After erecting the temporary bridge under Ellet's direction, Captain McComas departed from Wheeling with the warm praise of the directors ringing in his ears. It was natural that he be summoned to return following a resolution of the board on January 10, 1859, to create a two-lane span. The directors selected the first of two plans prepared by McComas, at an estimated cost of $35,752.75 The final cost of the first bridge project was estimated at $250,000 and that of the temporary structure at $17,000. The unanticipated costs had devalued the stock of the company from $25 per share to as low as $7.50.
With the second advent of McComas began the long process by which, over the years, the Wheeling Suspension Bride was "Roeblingized." As a first step in this direction, the board paid McComas $50.00 to make a trip to look at the Roebling bridge over the Niagara. After McComas started work on the new structure, Washington Roebling, son of John, came down from Pittsburgh to see the activity. Writing to an inquirer more than sixty years later, he had these recollections of McComas' work:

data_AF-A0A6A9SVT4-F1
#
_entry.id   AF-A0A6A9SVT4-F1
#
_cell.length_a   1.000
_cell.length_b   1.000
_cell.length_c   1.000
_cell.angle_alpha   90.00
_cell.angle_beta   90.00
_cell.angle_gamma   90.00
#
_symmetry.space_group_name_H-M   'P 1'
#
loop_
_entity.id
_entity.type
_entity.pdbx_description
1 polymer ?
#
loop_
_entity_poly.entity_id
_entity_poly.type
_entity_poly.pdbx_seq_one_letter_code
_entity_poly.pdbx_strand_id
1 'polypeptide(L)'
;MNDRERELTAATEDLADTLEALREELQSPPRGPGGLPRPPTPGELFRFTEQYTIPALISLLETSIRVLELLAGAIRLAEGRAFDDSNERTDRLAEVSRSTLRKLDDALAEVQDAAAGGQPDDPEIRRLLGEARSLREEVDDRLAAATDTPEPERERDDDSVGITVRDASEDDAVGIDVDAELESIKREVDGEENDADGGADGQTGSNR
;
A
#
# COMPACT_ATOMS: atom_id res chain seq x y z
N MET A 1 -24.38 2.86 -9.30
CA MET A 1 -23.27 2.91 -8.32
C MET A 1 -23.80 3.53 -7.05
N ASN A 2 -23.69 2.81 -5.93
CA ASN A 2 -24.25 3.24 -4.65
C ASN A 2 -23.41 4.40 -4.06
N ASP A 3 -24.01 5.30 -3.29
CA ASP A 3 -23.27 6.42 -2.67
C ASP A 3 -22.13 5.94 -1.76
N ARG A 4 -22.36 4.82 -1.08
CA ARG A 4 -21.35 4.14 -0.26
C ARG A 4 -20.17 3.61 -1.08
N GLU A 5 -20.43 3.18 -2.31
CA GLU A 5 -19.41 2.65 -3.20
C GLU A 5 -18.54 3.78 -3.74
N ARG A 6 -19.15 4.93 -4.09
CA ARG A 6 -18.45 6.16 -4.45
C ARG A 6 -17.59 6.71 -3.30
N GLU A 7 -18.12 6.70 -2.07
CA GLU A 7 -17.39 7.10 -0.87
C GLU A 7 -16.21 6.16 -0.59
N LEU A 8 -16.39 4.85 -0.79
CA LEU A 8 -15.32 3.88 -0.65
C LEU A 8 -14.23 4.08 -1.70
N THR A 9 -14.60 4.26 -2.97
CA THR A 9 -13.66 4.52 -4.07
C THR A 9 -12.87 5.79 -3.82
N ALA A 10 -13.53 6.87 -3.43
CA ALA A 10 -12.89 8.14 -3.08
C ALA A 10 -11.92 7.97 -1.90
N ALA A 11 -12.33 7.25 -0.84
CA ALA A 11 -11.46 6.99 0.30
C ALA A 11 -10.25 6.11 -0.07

"One strand had been thrown entirely out of saddle and was made anew. He consolidated 5 or 6 separate strands into one cable, built his own little wrapping machine out of wood, very cute. The cable did not have the regulation 7 strands and was therefore awkward to compress. He made new cable bands and suspender—used the old floor and old wooden truss which acted as a railing and had no stiffness....Much of the truss had to be rebuilt. He double-tracked the floor which was only single track after the storm."